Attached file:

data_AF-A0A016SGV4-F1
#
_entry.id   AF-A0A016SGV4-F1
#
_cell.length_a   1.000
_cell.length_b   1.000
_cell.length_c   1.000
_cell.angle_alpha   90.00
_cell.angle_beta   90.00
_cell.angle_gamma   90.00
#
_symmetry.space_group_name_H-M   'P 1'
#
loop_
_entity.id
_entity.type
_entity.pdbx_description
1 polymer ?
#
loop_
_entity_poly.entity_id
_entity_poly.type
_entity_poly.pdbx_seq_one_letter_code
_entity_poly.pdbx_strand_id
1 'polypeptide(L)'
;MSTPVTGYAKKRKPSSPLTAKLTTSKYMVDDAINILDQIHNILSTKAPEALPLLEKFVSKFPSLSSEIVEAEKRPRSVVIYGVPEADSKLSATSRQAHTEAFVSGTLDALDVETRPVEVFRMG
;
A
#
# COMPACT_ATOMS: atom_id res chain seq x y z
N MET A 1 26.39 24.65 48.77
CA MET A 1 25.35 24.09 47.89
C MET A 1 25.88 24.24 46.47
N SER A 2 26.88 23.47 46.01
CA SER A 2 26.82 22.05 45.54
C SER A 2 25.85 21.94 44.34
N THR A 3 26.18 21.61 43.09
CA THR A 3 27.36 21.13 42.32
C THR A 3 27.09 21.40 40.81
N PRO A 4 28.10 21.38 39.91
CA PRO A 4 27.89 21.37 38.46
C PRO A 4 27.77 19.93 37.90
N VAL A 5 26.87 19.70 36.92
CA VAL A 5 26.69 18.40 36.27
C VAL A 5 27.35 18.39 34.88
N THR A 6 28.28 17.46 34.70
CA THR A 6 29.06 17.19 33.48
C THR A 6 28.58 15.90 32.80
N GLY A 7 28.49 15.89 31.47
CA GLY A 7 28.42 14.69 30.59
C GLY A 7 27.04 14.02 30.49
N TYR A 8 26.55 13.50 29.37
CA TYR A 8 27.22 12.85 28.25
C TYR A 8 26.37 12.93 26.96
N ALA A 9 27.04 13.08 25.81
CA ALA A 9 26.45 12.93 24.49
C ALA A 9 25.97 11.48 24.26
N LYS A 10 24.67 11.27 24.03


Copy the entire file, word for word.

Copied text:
data_AF-A0A016SGV4-F1
#
_entry.id   AF-A0A016SGV4-F1
#
_cell.length_a   1.000
_cell.length_b   1.000
_cell.length_c   1.000
_cell.angle_alpha   90.00
_cell.angle_beta   90.00
_cell.angle_gamma   90.00
#
_symmetry.space_group_name_H-M   'P 1'
#
loop_
_entity.id
_entity.type
_entity.pdbx_description
1 polymer ?
#
loop_
_entity_poly.entity_id
_entity_poly.type
_entity_poly.pdbx_seq_one_letter_code
_entity_poly.pdbx_strand_id
1 'polypeptide(L)'
;MSTPVTGYAKKRKPSSPLTAKLTTSKYMVDDAINILDQIHNILSTKAPEALPLLEKFVSKFPSLSSEIVEAEKRPRSVVIYGVPEADSKLSATSRQAHTEAFVSGTLDALDVETRPVEVFRMG
;
A
#
# COMPACT_ATOMS: atom_id res chain seq x y z
N MET A 1 26.39 24.65 48.77
CA MET A 1 25.35 24.09 47.89
C MET A 1 25.88 24.24 46.47
N SER A 2 26.88 23.47 46.01
CA SER A 2 26.82 22.05 45.54
C SER A 2 25.85 21.94 44.34
N THR A 3 26.18 21.61 43.09
CA THR A 3 27.36 21.13 42.32
C THR A 3 27.09 21.40 40.81
N PRO A 4 28.10 21.38 39.91
CA PRO A 4 27.89 21.37 38.46
C PRO A 4 27.77 19.93 37.90
N VAL A 5 26.87 19.70 36.92
CA VAL A 5 26.69 18.40 36.27
C VAL A 5 27.35 18.39 34.88
N THR A 6 28.28 17.46 34.70
CA THR A 6 29.06 17.19 33.48
C THR A 6 28.58 15.90 32.80
N GLY A 7 28.49 15.89 31.47
CA GLY A 7 28.42 14.69 30.59
C GLY A 7 27.04 14.02 30.49
N TYR A 8 26.55 13.50 29.37
CA TYR A 8 27.22 12.85 28.25
C TYR A 8 26.37 12.93 26.96
N ALA A 9 27.04 13.08 25.81
CA ALA A 9 26.45 12.93 24.49
C ALA A 9 25.97 11.48 24.26
N LYS A 10 24.67 11.27 24.03